A French-Venezuelan cardiologist was accused Monday by the US of selling ransomware to cybercriminals and instructing them on how to extort money from the victims they hacked.
The Brooklyn district attorney’s office said Moises Luis Zagala, 55, who lives in the Venezuelan city of Ciudad Bolivar, “not only created and sold ransomware products to hackers, but also trained them in their use.”
It said the French-Venezuelan doctor “sold the tools for conducting ransomware attacks, trained the attackers about how to extort victims, and then boasted about successful attacks, including by malicious actors associated with the government of Iran.”
The ransomware would encrypt information on the computers that had been hacked, then the attackers would demand money to decrypt it.
One of the first products developed by Zagala was a data hijacking program called “Jigsaw v. 2”, which had a “doomsday” counter that kept track of the times the user had tried to destroy it.
“If the user kills the ransomware too many times, then it’s clear he won’t pay so better erase the whole hard drive,” Zagala instructed his clients, according to the US authorities.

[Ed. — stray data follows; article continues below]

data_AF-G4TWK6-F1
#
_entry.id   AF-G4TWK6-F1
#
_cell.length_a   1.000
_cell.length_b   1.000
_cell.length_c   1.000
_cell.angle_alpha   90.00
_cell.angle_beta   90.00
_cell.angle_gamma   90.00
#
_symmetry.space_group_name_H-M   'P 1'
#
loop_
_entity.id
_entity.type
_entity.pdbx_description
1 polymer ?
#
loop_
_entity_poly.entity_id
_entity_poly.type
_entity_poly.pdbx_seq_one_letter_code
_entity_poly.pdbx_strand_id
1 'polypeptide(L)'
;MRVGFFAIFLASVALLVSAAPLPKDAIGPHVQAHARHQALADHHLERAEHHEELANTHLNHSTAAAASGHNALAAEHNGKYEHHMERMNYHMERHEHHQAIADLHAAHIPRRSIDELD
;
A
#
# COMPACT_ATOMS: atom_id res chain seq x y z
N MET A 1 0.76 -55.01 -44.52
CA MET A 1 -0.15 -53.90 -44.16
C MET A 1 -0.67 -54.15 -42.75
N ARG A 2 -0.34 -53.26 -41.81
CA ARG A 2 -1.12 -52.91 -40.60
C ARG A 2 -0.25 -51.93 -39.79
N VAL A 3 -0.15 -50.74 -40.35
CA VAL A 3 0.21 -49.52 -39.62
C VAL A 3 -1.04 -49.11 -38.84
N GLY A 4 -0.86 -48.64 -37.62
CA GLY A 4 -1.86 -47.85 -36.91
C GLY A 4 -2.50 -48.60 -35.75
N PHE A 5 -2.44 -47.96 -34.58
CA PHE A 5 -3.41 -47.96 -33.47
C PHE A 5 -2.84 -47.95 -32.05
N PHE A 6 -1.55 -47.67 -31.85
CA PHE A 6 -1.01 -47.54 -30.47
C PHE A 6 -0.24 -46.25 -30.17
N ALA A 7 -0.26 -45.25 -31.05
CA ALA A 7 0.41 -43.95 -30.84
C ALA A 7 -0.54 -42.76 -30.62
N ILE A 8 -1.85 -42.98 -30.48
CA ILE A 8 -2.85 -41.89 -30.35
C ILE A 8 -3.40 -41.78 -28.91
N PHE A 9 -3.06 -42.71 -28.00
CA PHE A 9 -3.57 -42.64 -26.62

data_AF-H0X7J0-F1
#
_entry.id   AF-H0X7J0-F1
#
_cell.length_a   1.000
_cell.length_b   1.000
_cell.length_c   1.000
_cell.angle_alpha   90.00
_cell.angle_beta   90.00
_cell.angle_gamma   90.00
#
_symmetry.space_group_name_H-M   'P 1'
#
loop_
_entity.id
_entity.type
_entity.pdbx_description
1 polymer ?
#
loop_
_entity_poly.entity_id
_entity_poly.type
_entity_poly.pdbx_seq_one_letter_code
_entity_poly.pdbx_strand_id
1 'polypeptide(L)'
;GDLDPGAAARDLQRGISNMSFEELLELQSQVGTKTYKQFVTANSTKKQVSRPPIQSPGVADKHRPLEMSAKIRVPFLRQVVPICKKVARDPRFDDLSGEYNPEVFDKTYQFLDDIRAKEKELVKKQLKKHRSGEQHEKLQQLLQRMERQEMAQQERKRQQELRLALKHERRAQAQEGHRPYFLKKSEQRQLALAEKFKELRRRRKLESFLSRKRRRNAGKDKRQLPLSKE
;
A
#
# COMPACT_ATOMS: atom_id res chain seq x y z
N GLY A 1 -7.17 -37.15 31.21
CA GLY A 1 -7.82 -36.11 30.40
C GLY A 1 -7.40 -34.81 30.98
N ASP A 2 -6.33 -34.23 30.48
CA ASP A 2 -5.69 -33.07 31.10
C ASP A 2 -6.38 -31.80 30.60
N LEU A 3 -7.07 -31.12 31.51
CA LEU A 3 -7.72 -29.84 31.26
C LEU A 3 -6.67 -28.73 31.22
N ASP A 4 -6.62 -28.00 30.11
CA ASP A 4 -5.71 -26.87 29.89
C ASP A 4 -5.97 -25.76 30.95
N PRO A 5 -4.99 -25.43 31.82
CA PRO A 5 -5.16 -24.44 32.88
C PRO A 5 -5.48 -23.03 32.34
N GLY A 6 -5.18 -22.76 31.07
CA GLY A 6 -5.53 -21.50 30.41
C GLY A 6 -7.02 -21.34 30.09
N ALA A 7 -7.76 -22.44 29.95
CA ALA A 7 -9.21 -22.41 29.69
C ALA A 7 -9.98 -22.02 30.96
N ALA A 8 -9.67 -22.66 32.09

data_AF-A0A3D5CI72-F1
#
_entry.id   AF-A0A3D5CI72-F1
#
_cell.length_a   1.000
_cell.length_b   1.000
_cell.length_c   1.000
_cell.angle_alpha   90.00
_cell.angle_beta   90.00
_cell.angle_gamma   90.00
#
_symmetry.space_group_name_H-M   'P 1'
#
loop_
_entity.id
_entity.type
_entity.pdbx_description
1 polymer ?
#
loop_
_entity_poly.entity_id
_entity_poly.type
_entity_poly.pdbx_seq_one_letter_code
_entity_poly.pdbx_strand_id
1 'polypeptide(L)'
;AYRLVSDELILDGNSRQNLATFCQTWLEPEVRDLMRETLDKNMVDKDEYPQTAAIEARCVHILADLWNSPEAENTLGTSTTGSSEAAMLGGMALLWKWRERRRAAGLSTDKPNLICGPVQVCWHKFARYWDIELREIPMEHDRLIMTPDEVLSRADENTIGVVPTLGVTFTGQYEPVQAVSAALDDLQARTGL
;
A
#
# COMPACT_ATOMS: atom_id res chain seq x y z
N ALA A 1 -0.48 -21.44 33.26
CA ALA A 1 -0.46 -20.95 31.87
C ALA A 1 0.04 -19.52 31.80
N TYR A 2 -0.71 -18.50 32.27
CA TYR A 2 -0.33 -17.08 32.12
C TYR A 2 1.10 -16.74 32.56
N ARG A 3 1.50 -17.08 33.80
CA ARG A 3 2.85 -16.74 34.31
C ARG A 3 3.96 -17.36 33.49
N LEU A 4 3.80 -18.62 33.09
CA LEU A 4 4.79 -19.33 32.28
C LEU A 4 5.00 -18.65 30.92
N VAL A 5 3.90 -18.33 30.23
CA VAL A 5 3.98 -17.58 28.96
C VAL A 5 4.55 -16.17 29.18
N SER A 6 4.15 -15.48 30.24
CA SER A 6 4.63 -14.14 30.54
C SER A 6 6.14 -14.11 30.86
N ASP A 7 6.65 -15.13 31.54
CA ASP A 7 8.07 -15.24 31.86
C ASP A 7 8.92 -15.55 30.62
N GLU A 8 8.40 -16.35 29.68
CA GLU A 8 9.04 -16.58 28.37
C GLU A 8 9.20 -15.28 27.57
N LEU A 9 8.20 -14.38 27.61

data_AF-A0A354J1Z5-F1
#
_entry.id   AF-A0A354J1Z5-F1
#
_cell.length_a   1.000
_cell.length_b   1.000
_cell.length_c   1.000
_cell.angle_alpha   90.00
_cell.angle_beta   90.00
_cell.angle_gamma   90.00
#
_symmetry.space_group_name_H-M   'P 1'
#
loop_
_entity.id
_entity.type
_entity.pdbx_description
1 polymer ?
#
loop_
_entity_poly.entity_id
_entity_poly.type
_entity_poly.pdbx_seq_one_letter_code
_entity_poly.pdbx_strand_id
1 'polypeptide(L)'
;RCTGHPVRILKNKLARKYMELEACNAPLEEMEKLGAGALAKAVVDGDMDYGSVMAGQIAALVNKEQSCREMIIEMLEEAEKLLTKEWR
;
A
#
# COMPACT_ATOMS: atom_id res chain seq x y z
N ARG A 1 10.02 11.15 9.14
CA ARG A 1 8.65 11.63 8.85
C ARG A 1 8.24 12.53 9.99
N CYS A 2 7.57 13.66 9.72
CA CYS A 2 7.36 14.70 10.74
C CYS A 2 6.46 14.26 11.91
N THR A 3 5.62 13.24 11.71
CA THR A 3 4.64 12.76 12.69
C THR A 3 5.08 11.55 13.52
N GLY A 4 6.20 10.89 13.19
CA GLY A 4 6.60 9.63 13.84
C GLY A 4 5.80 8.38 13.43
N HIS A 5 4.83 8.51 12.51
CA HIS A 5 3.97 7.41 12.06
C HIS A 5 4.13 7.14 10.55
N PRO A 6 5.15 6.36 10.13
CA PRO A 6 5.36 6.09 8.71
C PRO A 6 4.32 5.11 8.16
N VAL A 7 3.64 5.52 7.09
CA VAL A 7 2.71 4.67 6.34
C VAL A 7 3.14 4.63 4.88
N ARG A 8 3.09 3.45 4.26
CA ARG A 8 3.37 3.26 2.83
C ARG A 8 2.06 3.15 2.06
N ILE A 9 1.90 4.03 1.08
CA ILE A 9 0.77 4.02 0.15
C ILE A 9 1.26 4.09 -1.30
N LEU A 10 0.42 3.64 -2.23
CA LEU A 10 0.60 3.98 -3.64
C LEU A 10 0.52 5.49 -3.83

In early 2019, Zagala began advertising his new tool on the web, a “Private Ransomware Builder” which he named “Thanos” after the Marvel Comics villain responsible for destroying the half of life in the universe, as well as Thanatos in Greek mythology, associated with death.
The “multi-tasking doctor,” as the Brooklyn DA described him, allowed criminals to either buy the program — and create their own customized ransom notes — or to join an “affiliate program” to gain access to the program in exchange for a share of the ill-gotten gains, which could be paid in cryptocurrency or regular cash.
His preferred aliases were “Aesculapius,” referring to the ancient Greek god of medicine, and “Nosophoros,” which means “sickness” in Greek.
Zagala allegedly boasted in specialized hacker forums that the Thanos program was practically undetectable by antivirus programs and that once the encryption was finished the program would self-delete, making it almost impossible for the victim to be able to detect it and retrieve their documents.
Zagala even asked his clients “if you have time and it’s not too much trouble” to rate their experience online.
If found guilty, he could be sentenced to 10 years in jail.